Utterly wrong as R&R’s analysis was, the austerity advocates proceeded to badly misuse it. The authors had merely reported a correlation between high debt and negative growth—or, as we now know, between high debt and moderate growth—without saying what that correlation might mean. Hard-line conservatives and their think-tank supporters, here and abroad, quickly insisted it could only mean that high debt drives down growth. That can happen, but only rarely—when high inflationary expectations drive up interest rates, which at once slows growth and increases government interest payments. In the much more common case, Keynes still rules: slow or negative growth leads to higher debt, not the other way around. In those more typical instances, cutting government only depresses growth more, further expanding government debt. Occasionally, the correlation of negative growth and high government debt reflects some independent third cause. The tsunami and nuclear meltdown that struck Japan in 2012, for example, simultaneously drove down growth and drove up government debt. And sometimes, there is no correlation: Britain carried government debt burdens of 100 percent to 250 percent of GDP from the early to mid-19th century, while it was giving birth to the Industrial Revolution.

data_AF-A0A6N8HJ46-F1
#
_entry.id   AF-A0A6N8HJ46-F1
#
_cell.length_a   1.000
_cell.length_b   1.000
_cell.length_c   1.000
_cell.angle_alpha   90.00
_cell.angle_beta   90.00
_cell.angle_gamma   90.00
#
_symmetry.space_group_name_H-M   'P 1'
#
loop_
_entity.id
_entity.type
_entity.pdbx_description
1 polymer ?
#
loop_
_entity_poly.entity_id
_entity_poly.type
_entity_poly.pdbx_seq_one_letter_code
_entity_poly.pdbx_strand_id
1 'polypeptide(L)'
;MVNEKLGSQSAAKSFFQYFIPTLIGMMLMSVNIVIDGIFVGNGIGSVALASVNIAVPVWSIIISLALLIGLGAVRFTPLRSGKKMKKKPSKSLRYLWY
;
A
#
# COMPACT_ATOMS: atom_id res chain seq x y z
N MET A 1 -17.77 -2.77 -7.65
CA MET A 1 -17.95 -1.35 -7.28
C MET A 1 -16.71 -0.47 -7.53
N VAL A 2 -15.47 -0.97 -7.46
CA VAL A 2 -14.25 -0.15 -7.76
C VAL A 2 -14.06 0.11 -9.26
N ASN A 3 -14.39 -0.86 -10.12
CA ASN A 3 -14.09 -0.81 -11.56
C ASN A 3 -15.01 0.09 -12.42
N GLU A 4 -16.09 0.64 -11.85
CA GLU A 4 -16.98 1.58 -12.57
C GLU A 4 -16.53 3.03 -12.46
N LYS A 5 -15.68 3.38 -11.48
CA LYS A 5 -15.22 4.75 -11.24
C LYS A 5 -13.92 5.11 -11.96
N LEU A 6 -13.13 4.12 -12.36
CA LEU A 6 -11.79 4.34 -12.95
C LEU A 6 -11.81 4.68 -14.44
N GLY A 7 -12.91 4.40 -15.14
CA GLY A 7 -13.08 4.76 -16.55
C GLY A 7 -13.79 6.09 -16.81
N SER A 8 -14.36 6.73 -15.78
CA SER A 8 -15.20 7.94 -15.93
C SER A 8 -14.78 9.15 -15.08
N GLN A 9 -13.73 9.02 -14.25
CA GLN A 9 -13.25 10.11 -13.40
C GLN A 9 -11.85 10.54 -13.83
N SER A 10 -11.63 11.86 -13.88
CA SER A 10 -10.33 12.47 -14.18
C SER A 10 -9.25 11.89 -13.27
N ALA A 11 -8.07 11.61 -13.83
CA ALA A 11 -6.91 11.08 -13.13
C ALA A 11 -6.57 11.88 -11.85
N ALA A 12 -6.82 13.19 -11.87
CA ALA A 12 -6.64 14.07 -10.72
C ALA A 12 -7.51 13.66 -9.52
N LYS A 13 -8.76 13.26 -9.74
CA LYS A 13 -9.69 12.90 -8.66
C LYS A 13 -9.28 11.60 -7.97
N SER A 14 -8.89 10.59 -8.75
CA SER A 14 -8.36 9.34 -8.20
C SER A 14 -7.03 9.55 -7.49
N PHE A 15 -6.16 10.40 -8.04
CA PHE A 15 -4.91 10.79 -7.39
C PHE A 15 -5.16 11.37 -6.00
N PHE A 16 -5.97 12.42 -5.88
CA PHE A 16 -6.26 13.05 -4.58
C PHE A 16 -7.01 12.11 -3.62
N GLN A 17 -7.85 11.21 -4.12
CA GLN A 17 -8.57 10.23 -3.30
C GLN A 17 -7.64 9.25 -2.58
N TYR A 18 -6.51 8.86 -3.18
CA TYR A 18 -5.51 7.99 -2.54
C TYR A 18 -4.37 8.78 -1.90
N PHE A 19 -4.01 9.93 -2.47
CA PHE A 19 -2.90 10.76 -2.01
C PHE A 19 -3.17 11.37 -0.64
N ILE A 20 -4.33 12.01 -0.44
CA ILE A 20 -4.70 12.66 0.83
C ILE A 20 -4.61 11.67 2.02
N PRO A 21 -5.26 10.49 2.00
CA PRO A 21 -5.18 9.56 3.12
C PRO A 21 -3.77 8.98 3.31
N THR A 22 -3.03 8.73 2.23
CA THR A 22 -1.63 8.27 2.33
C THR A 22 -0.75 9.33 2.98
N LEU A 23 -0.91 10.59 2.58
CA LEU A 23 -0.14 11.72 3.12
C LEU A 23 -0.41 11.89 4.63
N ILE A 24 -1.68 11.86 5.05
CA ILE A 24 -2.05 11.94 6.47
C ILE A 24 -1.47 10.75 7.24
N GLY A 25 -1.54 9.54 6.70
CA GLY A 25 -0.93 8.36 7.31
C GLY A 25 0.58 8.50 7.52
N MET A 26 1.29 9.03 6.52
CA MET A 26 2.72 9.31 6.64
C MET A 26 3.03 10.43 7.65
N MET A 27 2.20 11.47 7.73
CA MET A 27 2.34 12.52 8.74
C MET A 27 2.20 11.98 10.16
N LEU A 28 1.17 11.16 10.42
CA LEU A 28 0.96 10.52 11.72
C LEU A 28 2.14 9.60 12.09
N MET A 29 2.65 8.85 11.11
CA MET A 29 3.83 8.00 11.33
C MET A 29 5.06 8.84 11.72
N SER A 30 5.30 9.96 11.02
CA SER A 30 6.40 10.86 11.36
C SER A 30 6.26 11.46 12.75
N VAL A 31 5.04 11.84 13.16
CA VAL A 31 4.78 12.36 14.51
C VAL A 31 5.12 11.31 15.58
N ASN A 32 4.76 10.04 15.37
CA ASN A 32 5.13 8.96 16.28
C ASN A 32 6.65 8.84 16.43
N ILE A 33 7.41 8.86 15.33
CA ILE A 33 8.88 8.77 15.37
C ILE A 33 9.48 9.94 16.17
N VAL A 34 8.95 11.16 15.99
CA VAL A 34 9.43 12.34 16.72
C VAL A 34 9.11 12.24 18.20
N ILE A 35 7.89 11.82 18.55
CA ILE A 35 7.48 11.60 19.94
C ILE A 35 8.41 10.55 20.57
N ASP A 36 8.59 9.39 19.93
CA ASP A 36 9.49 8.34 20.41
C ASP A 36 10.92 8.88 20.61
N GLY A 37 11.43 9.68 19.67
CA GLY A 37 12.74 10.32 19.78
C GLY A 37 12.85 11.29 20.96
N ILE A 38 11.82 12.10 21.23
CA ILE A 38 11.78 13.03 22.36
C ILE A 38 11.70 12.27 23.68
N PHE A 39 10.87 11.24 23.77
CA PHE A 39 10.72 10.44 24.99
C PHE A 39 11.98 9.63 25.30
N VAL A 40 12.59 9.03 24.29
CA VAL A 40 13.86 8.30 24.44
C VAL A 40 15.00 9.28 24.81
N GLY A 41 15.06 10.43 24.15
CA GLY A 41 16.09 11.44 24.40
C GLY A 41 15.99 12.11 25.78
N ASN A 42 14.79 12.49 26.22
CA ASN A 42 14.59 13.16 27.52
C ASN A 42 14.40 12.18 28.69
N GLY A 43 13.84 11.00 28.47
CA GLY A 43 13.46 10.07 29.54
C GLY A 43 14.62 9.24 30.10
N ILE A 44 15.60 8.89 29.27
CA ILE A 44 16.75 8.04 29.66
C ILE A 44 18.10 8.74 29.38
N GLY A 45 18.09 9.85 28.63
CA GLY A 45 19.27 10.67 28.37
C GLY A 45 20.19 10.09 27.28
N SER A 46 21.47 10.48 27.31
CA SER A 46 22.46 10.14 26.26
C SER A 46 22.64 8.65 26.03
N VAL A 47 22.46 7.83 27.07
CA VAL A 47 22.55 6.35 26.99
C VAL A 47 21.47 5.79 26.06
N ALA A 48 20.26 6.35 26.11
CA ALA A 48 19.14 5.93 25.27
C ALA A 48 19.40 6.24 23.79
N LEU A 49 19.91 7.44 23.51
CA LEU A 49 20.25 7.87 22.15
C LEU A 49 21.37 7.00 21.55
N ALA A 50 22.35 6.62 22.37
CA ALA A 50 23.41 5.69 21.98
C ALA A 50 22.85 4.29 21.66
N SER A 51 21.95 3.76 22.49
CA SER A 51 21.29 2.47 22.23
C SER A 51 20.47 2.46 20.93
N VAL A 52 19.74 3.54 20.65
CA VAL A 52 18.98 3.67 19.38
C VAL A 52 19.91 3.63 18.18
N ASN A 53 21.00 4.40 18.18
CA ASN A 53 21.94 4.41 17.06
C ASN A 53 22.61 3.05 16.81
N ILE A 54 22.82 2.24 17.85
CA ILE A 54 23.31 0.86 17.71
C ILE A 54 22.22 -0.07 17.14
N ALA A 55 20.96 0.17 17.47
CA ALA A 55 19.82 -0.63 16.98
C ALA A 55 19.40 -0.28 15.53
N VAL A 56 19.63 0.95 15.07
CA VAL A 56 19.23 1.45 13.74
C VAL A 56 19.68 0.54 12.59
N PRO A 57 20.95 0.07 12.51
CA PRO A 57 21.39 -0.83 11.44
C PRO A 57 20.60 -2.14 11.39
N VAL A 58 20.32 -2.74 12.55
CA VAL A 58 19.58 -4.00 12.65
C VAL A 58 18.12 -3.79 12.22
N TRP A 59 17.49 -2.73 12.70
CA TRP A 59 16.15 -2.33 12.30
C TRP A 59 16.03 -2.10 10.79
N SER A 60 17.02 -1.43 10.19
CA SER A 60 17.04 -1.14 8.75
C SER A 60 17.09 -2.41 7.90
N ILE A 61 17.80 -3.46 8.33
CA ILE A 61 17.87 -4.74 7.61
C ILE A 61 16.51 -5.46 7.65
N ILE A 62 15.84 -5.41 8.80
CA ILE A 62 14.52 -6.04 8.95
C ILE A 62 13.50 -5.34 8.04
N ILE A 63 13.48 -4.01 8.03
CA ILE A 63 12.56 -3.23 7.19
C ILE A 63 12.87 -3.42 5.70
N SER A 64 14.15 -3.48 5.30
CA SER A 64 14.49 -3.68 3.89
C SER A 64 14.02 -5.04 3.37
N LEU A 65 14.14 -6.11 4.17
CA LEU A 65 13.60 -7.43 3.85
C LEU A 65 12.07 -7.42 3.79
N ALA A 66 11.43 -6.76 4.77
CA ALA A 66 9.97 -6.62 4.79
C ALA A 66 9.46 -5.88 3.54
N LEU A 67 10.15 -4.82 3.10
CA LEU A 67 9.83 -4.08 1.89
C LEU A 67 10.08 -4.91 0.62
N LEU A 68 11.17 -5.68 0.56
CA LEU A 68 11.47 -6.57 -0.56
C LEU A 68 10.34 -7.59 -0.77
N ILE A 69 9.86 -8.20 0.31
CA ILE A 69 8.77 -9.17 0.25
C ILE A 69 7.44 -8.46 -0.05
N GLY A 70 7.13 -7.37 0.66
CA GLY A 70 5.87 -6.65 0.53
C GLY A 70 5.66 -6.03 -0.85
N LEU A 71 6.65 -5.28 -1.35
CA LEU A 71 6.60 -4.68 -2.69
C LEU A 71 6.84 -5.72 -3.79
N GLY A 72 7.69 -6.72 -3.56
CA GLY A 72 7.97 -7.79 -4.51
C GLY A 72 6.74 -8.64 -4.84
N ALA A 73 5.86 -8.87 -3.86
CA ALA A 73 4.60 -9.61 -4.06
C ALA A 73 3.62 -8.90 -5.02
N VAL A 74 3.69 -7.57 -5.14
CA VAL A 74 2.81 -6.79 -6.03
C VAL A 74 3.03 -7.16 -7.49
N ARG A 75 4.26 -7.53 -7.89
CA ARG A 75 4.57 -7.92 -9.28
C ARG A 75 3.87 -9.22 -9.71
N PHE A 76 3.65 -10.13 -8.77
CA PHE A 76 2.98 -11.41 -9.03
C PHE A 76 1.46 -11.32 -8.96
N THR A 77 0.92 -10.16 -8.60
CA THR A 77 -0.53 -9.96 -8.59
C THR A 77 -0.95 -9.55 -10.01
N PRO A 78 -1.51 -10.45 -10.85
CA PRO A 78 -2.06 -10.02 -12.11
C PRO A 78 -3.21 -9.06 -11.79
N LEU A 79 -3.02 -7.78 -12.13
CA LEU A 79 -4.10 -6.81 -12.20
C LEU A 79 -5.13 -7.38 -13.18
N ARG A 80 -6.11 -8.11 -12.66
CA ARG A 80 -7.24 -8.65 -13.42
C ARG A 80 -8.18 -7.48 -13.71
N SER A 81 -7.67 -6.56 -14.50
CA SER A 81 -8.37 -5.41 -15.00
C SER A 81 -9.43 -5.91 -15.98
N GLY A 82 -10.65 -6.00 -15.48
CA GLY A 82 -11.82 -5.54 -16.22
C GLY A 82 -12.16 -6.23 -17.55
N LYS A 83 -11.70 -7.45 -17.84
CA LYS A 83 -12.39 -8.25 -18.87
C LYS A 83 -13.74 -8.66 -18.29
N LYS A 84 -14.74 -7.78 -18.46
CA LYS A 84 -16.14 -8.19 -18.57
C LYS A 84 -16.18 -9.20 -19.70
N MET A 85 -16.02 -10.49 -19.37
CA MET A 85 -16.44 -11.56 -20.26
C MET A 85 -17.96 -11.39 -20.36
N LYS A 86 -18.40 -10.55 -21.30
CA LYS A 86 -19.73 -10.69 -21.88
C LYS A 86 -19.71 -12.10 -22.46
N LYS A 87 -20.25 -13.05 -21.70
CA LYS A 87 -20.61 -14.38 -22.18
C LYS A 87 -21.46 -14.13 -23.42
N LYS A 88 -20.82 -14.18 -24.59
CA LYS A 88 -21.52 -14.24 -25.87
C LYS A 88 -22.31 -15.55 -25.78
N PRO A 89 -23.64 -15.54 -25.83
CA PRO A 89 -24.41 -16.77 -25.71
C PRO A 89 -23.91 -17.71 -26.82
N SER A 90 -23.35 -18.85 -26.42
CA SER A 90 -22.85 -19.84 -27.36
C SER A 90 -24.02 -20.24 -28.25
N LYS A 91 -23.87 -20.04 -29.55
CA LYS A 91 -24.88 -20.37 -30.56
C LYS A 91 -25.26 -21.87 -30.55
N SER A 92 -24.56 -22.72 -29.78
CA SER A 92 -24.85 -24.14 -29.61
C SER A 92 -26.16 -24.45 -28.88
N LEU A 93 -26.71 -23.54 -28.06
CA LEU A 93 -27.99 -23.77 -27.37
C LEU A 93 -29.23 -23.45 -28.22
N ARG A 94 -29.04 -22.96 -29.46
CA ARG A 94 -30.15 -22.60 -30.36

The R&R analysis did not distinguish between these various scenarios. Yet, the conservative interpretation became the received public wisdom. The International Monetary Fund, the World Bank and most politically unaffiliated economists insisted that slashing government on top of weak business and household spending would only make matters worse. No matter. The inevitable result was not the stronger growth as promised, but persistently high unemployment and slow growth here, and double-dip recessions for much for Europe and Japan. In the end, R&R deserve less criticism for their mistakes than for their failure to correct the damaging distortions of their deeply flawed work.

The broader takeaway from this week’s wonky discussion of economic growth? We shouldn’t put too much stock based on a single GDP report. The data are likely to be revised, reexamined, and reinterpreted over time.